In Chicago, the Illinois Coalition for Immigrant and Refugee Rights and its partners in the State are gearing up to register 20,000 new American citizens and mobilize 60,000 immigrant voters to the polls in November. Groups in the audience from Colorado to Mississippi were getting ready to go back home and do the same.

Why all this work?

Our already-ailing immigration system has only deteriorated since the collapse of comprehensive reform a year ago. The large-scale raids that target immigrant workers while abusive employers get off scot-free are exhibit A. The dozens of unaccounted-for deaths of immigrant men and women in privately-traded detention facilities are exhibit B. Exhibit C: the unending gridlock that forces too many to wait decades to bring loved ones to the US or to become citizens themselves- despite the skyrocketing cost of citizenship.

So what’s the answer?

Simple: the Immigrant Vote, which can no longer being taken for granted. Who are immigrant voters? New citizens and the American-born children and grandchildren of immigrants. Latinos make up the largest demographic within the immigrant vote and have been the most frequent targets of racism and fear in this debate.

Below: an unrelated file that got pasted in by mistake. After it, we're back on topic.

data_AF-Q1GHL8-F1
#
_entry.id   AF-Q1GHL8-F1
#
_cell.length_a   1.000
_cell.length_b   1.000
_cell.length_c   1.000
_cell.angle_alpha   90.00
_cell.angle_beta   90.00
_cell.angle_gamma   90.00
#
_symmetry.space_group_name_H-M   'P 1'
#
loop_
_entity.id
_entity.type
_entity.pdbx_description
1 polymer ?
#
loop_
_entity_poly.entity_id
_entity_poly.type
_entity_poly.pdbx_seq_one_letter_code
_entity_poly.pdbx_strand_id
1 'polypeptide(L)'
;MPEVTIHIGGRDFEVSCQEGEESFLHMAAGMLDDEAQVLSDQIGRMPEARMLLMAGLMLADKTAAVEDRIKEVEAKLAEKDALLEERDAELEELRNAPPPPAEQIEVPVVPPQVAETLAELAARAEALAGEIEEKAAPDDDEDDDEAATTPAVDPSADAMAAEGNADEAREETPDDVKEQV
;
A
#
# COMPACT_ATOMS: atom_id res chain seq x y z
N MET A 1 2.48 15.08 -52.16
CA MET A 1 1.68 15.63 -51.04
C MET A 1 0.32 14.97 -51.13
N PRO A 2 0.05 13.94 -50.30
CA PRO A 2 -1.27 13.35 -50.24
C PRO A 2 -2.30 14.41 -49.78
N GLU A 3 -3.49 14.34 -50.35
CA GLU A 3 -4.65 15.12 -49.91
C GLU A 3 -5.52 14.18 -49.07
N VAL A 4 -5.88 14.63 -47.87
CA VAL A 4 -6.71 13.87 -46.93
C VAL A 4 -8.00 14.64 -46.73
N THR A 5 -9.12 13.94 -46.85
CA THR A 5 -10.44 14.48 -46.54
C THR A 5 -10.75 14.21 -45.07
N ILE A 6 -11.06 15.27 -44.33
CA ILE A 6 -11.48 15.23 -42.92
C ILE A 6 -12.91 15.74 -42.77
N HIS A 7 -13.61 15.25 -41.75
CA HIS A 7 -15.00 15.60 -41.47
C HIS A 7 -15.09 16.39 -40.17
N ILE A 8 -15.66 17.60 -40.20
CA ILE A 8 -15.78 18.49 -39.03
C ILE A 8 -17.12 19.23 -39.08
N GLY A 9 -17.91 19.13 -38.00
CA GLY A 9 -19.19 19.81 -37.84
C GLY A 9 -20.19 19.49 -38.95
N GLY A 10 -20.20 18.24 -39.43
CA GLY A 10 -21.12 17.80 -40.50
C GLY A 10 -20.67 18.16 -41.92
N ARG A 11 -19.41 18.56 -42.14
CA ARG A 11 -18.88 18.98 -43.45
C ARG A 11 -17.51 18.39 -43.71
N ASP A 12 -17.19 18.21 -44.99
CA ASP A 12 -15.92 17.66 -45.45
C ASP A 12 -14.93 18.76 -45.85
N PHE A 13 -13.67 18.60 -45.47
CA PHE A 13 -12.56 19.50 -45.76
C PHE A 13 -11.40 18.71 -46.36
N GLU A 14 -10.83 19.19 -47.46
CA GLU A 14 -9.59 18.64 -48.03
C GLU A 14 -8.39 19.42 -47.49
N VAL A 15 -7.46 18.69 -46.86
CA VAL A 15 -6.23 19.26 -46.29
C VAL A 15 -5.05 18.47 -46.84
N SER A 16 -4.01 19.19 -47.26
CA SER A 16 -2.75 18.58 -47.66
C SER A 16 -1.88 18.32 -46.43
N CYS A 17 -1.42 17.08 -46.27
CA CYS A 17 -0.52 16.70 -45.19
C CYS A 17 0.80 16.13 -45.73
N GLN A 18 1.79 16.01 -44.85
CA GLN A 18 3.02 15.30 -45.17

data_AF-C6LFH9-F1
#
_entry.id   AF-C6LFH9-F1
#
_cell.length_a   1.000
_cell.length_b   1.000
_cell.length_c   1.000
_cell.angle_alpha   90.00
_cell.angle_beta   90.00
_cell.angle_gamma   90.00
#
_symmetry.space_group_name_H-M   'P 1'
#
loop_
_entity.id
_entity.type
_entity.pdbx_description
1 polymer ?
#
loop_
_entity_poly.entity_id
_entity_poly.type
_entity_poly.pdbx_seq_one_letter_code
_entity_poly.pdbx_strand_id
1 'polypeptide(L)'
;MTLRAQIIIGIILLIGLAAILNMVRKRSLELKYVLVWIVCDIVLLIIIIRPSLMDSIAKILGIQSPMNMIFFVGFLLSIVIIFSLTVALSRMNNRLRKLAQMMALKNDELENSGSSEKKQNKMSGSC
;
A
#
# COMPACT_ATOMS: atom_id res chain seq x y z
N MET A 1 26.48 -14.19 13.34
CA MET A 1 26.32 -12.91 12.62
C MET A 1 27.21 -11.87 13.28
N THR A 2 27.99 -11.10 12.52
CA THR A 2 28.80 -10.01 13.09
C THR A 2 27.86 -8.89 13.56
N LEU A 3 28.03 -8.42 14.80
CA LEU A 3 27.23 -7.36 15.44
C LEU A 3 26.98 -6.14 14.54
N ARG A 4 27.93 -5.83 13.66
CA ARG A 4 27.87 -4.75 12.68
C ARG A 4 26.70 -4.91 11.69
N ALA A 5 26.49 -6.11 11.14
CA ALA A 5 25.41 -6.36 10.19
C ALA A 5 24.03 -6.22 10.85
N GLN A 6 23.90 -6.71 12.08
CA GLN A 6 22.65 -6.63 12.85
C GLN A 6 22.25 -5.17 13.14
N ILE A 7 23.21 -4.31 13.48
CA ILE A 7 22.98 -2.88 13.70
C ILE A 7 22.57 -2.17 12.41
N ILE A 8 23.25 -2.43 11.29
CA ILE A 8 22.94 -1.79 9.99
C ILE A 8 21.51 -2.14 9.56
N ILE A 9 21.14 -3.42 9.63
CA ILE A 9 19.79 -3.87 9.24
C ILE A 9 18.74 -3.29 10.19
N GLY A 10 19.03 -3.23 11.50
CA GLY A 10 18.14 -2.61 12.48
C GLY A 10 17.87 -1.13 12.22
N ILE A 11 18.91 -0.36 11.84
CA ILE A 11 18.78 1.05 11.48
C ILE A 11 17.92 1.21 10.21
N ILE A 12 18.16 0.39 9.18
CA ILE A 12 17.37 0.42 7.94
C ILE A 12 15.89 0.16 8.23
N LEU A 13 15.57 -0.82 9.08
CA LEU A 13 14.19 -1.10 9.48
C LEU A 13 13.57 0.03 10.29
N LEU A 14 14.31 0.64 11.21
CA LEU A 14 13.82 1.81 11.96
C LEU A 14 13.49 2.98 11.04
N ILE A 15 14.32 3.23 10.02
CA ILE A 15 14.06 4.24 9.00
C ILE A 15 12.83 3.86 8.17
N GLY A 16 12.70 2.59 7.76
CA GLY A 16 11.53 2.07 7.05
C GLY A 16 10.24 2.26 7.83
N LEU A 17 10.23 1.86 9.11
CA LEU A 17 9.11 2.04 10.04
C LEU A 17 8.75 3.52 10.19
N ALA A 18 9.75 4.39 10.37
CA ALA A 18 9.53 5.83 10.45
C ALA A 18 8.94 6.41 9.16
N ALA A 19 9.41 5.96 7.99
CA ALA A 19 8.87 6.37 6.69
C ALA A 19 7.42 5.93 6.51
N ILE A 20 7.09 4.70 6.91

In fact, the immigrant vote is being taken more seriously than the noisy minority that aimed to kill the McCain-Kennedy comprehensive immigration reform bill. Their ability to push mountains of calls and faxes into Senators’ offices against what they toxically and unilaterally branded ‘Amnesty' got a lot of attention at the time, but has grown tiresome.

Why the shift?

Again and again, the hoot and holler of the anti-immigrant movement has failed to deliver real results at the ballot-box. Simultaneous to Democracy Day, presidential hopefuls John McCain and Barack Obama stood before the National Association of Latino Elected and Appointed Officials (NALEO), promising to deliver humane immigration reform if elected. This was a clear “sombrero-tip” to the growing voting power of Latinos in this country and to the changing face of the immigration debate.